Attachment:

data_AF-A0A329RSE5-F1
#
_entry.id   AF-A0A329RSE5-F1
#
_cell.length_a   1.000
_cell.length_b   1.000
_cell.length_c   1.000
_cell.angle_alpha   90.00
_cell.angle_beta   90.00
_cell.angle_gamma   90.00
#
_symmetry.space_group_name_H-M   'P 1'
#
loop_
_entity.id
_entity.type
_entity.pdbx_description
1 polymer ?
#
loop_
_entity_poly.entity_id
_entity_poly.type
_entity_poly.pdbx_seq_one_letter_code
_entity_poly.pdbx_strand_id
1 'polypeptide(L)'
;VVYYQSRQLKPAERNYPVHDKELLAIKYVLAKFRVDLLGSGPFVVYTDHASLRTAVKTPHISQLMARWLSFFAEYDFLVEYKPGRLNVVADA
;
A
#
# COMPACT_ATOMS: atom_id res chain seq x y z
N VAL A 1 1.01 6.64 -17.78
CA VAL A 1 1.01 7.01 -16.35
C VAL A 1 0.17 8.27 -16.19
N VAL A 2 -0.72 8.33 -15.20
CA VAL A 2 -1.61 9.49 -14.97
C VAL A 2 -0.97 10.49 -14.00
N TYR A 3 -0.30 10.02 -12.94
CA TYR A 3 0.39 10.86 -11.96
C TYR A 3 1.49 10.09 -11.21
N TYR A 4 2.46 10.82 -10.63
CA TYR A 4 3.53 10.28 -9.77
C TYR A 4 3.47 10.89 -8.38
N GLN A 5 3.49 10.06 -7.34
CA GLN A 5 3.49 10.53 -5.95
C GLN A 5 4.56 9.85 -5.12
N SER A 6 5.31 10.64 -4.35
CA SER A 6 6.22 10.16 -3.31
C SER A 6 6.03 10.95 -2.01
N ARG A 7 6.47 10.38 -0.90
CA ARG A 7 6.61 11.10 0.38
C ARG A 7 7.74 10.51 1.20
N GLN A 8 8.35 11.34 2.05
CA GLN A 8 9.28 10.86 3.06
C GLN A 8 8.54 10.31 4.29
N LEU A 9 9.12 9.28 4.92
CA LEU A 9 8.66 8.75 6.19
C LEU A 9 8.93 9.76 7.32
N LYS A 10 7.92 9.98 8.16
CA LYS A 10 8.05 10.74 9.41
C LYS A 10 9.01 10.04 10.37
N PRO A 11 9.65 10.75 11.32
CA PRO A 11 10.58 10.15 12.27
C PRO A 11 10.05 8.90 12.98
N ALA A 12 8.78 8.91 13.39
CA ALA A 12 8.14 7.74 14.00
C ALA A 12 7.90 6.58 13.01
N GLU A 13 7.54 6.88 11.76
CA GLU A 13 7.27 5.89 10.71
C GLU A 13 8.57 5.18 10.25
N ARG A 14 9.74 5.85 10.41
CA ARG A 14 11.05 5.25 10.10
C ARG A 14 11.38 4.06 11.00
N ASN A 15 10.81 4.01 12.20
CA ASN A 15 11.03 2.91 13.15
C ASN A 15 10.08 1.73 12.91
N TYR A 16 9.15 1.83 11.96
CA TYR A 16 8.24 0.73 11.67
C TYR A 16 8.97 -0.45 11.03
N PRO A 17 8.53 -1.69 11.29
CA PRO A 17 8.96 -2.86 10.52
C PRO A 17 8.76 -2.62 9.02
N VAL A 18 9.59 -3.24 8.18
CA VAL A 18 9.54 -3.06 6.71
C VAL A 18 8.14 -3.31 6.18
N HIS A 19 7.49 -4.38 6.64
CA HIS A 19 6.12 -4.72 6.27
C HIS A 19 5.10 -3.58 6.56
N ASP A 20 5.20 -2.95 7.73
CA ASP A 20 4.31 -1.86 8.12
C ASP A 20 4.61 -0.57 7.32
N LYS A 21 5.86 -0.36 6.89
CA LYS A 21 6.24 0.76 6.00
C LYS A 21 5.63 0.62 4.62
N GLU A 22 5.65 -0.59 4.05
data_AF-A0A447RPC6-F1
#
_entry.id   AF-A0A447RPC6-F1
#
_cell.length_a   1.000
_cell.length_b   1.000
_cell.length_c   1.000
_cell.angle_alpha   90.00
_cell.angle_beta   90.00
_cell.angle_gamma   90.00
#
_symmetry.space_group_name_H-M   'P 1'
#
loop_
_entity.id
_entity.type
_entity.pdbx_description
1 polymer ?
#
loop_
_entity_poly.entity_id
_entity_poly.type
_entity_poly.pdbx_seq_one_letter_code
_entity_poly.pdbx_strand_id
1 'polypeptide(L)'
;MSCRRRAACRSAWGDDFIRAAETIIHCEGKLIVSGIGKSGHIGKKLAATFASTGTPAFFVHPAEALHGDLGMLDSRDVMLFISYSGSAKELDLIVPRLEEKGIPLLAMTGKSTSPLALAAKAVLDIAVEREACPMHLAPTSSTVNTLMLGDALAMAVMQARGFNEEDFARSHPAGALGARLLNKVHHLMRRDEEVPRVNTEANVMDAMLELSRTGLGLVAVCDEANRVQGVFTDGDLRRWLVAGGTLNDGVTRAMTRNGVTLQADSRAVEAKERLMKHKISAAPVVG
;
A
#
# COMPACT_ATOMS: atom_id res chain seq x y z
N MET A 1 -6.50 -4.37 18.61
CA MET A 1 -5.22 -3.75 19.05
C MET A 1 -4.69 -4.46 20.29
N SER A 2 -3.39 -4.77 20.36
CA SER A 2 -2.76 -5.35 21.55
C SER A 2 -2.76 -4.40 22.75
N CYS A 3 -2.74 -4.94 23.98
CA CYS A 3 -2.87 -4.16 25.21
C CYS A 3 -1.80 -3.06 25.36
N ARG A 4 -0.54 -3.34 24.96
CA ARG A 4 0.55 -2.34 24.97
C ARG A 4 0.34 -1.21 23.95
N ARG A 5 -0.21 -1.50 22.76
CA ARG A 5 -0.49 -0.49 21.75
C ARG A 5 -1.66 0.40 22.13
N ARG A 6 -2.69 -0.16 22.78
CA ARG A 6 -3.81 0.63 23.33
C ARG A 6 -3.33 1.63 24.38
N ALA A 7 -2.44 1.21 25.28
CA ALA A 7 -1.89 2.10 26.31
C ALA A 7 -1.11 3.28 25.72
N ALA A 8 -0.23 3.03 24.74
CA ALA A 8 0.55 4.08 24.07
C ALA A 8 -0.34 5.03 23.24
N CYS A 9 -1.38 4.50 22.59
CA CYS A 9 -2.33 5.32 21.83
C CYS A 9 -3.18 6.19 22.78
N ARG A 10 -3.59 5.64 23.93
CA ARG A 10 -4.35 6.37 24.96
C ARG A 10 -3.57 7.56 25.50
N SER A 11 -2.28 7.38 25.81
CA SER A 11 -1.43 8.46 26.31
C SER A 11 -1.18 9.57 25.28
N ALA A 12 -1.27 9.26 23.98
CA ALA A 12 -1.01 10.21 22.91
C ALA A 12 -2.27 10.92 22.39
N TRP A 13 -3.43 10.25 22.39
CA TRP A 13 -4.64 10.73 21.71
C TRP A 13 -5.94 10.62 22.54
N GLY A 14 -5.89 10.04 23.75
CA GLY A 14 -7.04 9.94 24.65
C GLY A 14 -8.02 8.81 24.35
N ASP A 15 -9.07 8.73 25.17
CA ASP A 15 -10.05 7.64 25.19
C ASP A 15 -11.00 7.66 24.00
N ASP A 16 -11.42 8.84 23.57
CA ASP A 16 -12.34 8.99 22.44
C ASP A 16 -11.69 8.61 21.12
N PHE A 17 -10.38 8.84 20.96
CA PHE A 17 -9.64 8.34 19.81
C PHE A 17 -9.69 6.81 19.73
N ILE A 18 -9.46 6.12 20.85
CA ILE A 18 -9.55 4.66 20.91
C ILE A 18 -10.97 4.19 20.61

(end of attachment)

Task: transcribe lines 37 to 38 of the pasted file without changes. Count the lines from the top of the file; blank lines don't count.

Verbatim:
N TYR A 3 -0.30 10.02 -12.94
CA TYR A 3 0.39 10.86 -11.96